“We try and make that as low-impact as possible, since the idea here is that we don’t want to discourage people who don’t have a lot of business experience from trying to move things forward,” says Khatib, “because if we do, that replicates the structures of exclusion that we are struggling to move beyond.”

BRED then works with the applicants to develop a business plan, offering planning support and other guidance.

Only a year old itself, BRED is part of The Financial Cooperative, a larger national network of local and regional cooperative loan funds supporting worker-owned and co-op businesses around the country. The nation-wide network allows groups to pool their funds and to share certain administrative costs. The loans that BRED has handed out so far have all come through the pooled resources of this national organization.

The larger financial commons also allows these groups to approach larger investors who have divested from traditional funds and to offer them better risk management, since loans are shared between the 12 member funds.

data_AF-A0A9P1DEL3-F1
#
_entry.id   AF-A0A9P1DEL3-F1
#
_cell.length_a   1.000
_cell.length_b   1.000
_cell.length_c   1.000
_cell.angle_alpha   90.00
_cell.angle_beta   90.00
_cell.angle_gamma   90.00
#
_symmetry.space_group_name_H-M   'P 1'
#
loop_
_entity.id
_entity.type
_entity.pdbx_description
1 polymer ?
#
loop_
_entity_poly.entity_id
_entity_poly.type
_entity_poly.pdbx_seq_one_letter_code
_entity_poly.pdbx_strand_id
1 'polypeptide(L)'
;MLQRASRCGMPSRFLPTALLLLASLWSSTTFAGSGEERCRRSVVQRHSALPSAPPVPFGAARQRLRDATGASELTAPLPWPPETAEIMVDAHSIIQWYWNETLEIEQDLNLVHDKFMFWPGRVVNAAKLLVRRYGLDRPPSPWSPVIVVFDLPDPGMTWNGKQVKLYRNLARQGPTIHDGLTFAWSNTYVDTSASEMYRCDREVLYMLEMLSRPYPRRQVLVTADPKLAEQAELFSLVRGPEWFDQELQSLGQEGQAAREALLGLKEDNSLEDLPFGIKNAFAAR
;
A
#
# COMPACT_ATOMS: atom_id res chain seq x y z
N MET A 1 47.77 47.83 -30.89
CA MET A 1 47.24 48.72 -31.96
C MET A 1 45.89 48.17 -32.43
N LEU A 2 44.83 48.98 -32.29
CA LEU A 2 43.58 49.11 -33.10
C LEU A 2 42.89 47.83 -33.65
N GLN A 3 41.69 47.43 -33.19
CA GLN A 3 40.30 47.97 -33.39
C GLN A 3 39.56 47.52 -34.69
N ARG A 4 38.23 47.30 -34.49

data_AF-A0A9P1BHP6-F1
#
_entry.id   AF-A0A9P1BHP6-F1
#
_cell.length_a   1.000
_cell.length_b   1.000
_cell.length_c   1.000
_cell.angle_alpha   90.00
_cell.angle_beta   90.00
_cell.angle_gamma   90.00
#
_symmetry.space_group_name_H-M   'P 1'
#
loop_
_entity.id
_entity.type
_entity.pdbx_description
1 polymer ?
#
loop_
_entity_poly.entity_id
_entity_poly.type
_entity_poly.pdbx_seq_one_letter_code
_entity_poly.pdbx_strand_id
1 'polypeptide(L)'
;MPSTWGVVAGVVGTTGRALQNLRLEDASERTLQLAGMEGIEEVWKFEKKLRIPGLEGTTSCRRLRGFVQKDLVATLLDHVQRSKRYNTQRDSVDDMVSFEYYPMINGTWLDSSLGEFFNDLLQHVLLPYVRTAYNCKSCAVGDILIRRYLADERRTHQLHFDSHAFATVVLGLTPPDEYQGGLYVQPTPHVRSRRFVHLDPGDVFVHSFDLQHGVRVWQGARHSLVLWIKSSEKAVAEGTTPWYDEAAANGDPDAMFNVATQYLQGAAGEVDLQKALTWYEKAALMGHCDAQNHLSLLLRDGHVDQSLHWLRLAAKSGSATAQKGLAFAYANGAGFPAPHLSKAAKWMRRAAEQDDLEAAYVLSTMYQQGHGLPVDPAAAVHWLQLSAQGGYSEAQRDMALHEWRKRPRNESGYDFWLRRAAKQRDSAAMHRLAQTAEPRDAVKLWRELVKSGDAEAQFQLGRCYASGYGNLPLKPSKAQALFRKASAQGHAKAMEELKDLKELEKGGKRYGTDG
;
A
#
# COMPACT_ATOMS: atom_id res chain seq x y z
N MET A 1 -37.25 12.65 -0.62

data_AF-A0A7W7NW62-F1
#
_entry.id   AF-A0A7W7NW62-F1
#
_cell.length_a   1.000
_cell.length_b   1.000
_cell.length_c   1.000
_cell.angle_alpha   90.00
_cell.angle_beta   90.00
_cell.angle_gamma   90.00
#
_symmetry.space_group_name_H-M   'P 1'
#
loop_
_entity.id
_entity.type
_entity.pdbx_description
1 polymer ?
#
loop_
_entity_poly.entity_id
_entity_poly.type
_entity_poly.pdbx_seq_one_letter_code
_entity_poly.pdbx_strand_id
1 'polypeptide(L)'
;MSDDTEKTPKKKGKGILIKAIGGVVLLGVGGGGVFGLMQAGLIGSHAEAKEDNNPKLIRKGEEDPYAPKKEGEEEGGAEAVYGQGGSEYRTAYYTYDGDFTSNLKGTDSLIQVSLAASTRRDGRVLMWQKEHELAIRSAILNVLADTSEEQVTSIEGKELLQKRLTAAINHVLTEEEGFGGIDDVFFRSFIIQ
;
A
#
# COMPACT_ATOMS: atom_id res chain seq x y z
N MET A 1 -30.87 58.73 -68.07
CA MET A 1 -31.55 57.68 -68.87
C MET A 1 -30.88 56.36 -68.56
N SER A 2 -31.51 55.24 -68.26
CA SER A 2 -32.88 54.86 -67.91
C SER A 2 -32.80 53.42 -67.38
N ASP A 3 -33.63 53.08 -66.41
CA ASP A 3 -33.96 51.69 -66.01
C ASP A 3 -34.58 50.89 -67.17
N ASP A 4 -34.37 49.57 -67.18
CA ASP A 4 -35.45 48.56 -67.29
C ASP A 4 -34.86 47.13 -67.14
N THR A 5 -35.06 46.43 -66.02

Thus far, BRED has been starting small and has primarily provided loans for the expansion of pre-existing businesses. Its first loan went to Taharka Brothers, a youth-led small-batch ice cream company. Through a small loan of less than $15,000 from BRED, Taharka Brothers was able to repair the ice cream truck it uses to sell its product, as well as create a business management position for a recent high school graduate, who helped the business position itself for growth. Khatib says that today Taharka Brothers is in the process of transitioning to worker-ownership.

Worker-ownership refers to the idea that the business itself is owned by the people who work in it. This ownership-driven  model is one of BRED’s core principles. The shared ownership model is also crucial to the operation of Red Emma’s, where worker-owners make many business decisions by vote.

When Red Emma’s wanted to expand its roasting operation, it wrestled with finding a loan institution that could work with its unorthodox ownership structure. It wound up turning to BRED, which provided a $30,000 loan.